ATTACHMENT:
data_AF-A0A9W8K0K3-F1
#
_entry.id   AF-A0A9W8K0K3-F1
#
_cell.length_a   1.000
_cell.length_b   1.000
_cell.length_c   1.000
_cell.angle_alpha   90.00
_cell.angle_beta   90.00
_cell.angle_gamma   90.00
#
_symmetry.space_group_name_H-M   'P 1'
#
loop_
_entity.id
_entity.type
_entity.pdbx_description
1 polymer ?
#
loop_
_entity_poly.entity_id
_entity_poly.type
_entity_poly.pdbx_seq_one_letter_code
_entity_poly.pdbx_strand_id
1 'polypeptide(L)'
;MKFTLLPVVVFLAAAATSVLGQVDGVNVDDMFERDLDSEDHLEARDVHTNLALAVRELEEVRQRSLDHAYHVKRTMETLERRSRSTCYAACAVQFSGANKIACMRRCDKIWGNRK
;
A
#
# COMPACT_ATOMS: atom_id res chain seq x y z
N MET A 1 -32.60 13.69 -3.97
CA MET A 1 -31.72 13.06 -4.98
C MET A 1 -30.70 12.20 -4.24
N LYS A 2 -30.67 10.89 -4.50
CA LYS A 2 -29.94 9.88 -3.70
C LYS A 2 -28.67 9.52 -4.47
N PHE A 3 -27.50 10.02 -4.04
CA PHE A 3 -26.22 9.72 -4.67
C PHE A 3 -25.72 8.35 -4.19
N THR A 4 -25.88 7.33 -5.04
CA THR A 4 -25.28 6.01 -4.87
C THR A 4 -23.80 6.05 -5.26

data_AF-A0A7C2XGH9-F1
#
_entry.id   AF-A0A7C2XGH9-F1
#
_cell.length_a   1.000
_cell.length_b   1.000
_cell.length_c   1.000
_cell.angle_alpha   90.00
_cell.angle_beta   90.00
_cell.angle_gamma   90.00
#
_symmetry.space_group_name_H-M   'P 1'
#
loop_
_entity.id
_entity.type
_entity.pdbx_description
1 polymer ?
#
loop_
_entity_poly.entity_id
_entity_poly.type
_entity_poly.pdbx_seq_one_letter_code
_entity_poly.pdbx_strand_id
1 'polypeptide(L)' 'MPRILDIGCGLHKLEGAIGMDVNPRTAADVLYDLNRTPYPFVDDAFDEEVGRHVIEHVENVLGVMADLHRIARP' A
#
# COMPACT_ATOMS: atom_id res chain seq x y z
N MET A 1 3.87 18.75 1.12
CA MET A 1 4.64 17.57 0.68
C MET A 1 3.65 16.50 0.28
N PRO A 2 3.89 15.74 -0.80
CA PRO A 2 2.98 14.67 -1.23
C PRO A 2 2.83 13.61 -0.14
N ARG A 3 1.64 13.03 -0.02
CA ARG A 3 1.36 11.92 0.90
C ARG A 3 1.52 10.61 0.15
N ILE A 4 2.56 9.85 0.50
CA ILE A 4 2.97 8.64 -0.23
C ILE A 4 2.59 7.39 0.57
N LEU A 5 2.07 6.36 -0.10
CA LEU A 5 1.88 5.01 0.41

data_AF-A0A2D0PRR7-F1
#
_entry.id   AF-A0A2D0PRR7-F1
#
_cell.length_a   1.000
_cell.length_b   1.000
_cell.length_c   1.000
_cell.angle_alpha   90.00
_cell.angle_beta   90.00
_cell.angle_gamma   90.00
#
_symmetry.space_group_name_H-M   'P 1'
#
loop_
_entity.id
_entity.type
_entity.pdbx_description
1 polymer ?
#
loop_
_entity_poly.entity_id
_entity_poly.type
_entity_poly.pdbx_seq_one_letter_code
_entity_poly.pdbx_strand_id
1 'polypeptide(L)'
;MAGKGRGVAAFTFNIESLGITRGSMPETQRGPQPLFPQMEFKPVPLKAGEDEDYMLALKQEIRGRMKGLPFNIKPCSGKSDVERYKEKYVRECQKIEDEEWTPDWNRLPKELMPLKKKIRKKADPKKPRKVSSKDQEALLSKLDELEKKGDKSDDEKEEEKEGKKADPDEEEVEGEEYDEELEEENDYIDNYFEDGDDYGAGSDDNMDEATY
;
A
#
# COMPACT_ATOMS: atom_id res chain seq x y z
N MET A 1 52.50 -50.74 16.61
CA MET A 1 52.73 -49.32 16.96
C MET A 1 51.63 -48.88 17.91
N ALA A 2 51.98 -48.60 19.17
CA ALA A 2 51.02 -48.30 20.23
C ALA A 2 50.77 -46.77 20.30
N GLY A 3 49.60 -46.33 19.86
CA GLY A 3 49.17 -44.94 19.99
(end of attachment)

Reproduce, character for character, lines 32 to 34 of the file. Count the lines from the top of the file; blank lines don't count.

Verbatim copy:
CA MET A 1 -31.72 13.06 -4.98
C MET A 1 -30.70 12.20 -4.24
N LYS A 2 -30.67 10.89 -4.50